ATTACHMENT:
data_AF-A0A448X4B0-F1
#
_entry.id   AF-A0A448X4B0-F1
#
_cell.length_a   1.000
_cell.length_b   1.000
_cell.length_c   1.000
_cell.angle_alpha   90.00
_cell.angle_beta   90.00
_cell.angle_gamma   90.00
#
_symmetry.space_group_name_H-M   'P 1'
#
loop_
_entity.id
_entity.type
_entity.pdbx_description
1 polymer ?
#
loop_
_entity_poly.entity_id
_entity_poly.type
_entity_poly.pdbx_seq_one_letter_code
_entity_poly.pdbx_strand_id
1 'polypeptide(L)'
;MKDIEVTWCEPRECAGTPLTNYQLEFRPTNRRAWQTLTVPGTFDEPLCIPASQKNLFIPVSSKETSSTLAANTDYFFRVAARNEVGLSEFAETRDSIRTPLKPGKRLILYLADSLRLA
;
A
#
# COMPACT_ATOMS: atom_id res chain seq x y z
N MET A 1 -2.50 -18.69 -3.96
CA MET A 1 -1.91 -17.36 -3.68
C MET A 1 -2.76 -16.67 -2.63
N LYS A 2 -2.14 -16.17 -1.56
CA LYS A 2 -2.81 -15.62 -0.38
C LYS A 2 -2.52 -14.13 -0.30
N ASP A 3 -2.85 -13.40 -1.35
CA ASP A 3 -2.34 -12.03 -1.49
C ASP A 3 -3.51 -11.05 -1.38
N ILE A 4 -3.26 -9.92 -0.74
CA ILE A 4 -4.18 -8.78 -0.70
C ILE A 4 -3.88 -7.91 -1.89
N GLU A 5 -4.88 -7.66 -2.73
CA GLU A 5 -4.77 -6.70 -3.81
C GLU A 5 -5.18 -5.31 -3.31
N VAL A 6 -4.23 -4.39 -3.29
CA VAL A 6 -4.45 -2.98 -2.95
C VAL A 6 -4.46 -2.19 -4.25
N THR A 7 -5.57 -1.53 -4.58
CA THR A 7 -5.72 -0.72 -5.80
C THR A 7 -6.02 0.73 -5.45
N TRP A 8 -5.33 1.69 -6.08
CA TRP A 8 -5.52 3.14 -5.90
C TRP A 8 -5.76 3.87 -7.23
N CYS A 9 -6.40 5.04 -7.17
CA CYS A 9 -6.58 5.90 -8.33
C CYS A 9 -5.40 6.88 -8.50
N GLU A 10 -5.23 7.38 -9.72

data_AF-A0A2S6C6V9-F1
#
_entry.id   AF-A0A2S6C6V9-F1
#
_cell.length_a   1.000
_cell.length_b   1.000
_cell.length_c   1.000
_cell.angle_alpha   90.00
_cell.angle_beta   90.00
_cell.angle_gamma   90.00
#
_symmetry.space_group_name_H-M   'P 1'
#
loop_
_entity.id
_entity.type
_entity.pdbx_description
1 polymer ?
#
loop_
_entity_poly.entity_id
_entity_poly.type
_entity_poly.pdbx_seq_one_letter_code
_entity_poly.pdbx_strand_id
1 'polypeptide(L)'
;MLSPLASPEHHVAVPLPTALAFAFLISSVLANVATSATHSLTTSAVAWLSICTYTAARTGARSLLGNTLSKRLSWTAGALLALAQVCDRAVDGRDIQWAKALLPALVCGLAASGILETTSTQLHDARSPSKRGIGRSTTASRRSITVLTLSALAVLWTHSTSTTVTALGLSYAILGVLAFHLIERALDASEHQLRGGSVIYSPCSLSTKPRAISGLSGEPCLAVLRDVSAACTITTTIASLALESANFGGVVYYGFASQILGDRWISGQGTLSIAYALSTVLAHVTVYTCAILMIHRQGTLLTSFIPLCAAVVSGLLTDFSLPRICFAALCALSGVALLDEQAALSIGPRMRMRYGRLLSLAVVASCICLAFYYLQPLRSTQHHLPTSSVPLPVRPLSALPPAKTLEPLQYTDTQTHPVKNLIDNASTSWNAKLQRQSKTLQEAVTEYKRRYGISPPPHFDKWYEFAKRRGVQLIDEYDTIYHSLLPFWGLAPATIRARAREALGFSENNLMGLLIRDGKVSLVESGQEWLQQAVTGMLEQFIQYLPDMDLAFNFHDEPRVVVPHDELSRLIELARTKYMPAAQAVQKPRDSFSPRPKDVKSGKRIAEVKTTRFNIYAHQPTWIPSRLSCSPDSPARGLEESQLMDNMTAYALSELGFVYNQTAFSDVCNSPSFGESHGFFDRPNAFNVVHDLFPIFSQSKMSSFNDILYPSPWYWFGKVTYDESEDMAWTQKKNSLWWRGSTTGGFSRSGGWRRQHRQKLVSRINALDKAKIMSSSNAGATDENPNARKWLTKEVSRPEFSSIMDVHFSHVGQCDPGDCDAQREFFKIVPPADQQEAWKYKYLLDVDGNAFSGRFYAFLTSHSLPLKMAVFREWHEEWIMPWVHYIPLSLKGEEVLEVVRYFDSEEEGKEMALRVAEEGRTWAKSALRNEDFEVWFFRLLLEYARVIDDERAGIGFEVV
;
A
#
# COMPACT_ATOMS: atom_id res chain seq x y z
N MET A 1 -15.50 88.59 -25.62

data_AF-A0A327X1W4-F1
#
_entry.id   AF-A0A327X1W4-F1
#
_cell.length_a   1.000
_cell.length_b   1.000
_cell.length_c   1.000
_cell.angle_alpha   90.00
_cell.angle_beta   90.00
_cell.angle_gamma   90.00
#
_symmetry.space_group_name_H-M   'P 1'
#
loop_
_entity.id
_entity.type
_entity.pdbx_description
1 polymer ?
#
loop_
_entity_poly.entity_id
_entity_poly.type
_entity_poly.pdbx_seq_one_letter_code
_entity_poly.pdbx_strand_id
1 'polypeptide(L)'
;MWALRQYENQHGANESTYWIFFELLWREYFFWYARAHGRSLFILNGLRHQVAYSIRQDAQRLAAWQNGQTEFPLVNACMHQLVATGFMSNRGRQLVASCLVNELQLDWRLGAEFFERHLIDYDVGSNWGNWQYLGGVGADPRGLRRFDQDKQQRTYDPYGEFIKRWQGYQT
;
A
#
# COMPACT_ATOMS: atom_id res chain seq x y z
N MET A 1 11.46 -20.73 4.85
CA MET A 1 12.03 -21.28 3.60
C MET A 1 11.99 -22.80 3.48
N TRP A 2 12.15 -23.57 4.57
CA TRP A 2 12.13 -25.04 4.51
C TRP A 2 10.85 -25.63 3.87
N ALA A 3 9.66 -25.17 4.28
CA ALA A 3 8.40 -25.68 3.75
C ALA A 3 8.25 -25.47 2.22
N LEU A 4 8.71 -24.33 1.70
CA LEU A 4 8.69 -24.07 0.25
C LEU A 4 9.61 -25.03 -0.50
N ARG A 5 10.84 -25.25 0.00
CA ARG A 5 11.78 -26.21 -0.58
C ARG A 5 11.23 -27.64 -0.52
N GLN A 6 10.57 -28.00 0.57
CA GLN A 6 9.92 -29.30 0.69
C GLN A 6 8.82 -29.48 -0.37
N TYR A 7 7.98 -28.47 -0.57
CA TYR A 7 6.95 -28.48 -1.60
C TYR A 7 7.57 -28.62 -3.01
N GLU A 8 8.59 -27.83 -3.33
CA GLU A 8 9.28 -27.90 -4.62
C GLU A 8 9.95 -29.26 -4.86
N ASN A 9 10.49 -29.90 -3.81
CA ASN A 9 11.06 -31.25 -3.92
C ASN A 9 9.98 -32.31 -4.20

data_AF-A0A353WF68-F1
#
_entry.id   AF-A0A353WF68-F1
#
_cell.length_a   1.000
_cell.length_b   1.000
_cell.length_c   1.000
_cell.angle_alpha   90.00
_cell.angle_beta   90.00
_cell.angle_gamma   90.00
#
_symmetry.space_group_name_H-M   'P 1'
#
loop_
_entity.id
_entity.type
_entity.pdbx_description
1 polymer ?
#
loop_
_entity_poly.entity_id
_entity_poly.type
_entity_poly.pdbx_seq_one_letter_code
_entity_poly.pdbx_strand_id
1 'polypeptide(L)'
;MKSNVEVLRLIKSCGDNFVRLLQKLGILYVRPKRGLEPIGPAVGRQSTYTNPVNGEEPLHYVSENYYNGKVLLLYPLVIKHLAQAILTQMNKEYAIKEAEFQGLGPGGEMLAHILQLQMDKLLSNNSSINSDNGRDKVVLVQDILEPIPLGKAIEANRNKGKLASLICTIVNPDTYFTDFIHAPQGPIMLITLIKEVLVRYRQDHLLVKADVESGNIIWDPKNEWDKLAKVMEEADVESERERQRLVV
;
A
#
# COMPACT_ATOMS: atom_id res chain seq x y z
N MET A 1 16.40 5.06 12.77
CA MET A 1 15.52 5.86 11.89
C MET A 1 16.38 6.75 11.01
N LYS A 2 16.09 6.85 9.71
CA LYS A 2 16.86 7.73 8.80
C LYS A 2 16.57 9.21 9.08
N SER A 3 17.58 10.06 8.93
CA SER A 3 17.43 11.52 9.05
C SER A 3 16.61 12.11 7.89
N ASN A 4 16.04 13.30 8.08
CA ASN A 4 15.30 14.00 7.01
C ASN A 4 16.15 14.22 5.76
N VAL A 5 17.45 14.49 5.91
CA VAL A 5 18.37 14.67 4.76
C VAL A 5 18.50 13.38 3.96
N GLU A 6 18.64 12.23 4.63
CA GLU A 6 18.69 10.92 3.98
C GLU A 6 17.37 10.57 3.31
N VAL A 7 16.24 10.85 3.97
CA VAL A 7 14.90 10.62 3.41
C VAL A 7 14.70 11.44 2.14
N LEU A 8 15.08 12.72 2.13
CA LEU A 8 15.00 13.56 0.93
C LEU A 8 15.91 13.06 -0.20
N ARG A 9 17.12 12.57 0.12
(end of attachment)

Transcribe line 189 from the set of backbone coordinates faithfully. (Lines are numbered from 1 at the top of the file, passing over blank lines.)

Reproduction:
N VAL A 5 17.45 14.49 5.91